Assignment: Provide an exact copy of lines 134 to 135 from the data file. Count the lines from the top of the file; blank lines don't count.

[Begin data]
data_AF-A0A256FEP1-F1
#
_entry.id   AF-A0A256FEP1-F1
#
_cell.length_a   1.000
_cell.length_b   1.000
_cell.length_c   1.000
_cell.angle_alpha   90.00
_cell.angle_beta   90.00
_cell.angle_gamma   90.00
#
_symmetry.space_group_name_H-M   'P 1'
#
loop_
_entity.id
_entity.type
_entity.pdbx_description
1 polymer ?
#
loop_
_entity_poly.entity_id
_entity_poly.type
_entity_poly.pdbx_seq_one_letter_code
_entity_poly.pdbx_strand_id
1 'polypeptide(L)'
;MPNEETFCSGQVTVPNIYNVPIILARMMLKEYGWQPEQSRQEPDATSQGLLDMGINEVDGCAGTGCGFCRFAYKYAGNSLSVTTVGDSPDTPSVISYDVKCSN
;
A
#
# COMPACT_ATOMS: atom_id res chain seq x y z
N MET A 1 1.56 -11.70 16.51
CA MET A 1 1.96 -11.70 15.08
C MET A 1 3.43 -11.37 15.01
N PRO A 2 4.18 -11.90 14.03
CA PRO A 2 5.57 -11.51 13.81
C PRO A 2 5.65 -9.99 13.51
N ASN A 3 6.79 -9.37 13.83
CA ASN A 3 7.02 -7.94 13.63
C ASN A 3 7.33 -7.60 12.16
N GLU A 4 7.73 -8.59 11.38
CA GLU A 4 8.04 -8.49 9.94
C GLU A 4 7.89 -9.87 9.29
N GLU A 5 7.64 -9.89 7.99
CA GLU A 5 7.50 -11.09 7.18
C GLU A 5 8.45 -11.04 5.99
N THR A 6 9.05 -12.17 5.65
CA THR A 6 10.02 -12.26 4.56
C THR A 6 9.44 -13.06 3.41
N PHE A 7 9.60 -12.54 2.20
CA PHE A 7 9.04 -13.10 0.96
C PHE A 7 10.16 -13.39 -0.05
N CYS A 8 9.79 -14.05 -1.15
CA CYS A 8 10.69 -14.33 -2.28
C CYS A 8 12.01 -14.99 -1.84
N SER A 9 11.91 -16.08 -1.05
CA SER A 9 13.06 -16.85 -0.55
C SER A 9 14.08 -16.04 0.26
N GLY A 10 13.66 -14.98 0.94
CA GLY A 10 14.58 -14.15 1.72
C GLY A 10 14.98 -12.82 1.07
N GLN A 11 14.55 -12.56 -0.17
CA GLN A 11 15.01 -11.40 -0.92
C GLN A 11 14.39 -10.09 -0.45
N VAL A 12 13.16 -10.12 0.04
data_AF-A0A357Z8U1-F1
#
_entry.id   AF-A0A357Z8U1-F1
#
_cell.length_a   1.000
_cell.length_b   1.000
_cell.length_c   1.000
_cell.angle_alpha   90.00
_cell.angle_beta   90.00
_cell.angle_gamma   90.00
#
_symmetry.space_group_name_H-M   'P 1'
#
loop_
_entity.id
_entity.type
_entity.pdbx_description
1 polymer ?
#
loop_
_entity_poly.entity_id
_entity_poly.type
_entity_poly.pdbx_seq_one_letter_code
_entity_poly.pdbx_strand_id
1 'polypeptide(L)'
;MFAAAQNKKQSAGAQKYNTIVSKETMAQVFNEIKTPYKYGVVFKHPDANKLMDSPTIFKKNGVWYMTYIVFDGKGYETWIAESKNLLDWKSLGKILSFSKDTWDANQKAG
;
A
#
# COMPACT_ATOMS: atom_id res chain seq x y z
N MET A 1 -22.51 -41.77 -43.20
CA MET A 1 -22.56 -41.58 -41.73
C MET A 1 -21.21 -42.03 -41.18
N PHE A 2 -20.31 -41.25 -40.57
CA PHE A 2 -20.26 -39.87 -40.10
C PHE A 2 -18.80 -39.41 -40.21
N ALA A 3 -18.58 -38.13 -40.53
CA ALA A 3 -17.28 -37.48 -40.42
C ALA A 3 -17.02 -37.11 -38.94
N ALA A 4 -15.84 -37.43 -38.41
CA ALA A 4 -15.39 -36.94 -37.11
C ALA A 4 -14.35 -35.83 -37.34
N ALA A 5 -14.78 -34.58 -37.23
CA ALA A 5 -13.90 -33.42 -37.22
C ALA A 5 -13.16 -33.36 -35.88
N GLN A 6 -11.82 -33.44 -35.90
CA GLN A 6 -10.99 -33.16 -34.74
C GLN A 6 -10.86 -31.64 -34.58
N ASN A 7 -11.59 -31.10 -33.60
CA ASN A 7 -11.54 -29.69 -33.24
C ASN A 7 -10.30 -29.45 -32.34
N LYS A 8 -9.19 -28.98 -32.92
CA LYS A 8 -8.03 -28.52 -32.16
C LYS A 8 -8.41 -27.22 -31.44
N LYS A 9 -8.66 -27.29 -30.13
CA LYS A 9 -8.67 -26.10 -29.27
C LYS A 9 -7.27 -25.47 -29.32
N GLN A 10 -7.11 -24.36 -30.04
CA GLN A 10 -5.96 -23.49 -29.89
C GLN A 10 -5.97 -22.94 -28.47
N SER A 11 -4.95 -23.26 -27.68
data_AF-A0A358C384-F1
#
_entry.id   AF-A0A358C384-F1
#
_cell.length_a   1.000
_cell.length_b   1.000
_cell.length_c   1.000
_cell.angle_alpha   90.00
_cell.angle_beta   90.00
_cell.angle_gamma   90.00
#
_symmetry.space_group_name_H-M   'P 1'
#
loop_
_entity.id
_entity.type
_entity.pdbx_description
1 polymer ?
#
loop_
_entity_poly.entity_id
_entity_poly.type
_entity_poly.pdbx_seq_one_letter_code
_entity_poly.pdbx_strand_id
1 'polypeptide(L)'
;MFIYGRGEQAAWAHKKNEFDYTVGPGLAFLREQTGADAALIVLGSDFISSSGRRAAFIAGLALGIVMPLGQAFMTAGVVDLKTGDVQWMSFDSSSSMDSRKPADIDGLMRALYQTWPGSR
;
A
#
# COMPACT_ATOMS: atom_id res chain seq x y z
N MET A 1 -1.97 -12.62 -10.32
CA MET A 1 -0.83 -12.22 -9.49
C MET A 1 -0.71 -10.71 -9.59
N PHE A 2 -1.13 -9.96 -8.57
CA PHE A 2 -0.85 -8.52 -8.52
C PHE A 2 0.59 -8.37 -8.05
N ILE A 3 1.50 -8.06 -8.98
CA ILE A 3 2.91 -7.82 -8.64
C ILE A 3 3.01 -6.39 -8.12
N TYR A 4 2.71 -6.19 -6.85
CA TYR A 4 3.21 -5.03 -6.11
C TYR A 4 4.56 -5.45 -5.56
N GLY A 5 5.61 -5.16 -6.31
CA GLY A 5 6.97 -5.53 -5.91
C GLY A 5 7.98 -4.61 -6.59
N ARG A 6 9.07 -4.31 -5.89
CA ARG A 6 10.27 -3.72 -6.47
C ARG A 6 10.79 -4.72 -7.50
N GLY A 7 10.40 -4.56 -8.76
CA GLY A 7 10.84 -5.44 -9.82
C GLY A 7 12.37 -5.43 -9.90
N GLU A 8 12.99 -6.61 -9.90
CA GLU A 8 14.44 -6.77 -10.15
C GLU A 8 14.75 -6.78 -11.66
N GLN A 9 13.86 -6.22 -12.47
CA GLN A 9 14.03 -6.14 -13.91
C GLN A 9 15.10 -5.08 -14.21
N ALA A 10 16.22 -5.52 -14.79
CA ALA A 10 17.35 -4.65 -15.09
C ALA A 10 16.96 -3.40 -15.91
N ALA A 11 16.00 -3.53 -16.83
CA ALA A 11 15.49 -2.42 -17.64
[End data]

_cell.angle_beta   90.00
_cell.angle_gamma   90.00